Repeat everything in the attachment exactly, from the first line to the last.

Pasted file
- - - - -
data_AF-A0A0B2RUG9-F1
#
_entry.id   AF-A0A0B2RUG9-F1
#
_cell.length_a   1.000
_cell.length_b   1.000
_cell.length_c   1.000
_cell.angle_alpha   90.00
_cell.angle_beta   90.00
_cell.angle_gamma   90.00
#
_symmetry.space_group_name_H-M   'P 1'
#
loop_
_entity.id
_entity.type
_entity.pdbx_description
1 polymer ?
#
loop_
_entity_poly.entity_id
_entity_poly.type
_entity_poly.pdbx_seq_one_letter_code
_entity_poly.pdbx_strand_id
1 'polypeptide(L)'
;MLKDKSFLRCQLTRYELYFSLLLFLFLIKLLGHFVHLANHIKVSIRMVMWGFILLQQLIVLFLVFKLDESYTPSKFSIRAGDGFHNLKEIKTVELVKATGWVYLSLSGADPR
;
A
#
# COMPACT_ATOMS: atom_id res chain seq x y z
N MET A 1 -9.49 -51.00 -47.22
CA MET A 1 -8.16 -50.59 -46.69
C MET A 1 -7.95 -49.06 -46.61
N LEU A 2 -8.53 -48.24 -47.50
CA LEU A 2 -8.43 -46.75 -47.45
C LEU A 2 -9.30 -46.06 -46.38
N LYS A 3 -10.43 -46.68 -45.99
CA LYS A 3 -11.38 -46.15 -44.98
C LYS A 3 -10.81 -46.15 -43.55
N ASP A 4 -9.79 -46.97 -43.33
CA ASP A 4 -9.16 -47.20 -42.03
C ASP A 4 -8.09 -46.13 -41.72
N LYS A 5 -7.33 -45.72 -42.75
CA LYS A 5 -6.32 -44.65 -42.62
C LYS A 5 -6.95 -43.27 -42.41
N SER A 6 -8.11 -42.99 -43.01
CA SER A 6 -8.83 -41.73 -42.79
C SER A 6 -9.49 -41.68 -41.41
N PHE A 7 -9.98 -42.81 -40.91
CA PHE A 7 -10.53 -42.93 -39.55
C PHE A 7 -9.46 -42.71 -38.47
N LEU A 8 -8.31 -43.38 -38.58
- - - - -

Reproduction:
data_AF-A0A0B2RUG9-F1
#
_entry.id   AF-A0A0B2RUG9-F1
#
_cell.length_a   1.000
_cell.length_b   1.000
_cell.length_c   1.000
_cell.angle_alpha   90.00
_cell.angle_beta   90.00
_cell.angle_gamma   90.00
#
_symmetry.space_group_name_H-M   'P 1'
#
loop_
_entity.id
_entity.type
_entity.pdbx_description
1 polymer ?
#
loop_
_entity_poly.entity_id
_entity_poly.type
_entity_poly.pdbx_seq_one_letter_code
_entity_poly.pdbx_strand_id
1 'polypeptide(L)'
;MLKDKSFLRCQLTRYELYFSLLLFLFLIKLLGHFVHLANHIKVSIRMVMWGFILLQQLIVLFLVFKLDESYTPSKFSIRAGDGFHNLKEIKTVELVKATGWVYLSLSGADPR
;
A
#
# COMPACT_ATOMS: atom_id res chain seq x y z
N MET A 1 -9.49 -51.00 -47.22
CA MET A 1 -8.16 -50.59 -46.69
C MET A 1 -7.95 -49.06 -46.61
N LEU A 2 -8.53 -48.24 -47.50
CA LEU A 2 -8.43 -46.75 -47.45
C LEU A 2 -9.30 -46.06 -46.38
N LYS A 3 -10.43 -46.68 -45.99
CA LYS A 3 -11.38 -46.15 -44.98
C LYS A 3 -10.81 -46.15 -43.55
N ASP A 4 -9.79 -46.97 -43.33
CA ASP A 4 -9.16 -47.20 -42.03
C ASP A 4 -8.09 -46.13 -41.72
N LYS A 5 -7.33 -45.72 -42.75
CA LYS A 5 -6.32 -44.65 -42.62
C LYS A 5 -6.95 -43.27 -42.41
N SER A 6 -8.11 -42.99 -43.01
CA SER A 6 -8.83 -41.73 -42.79
C SER A 6 -9.49 -41.68 -41.41
N PHE A 7 -9.98 -42.81 -40.91
CA PHE A 7 -10.53 -42.93 -39.55
C PHE A 7 -9.46 -42.71 -38.47
N LEU A 8 -8.31 -43.38 -38.58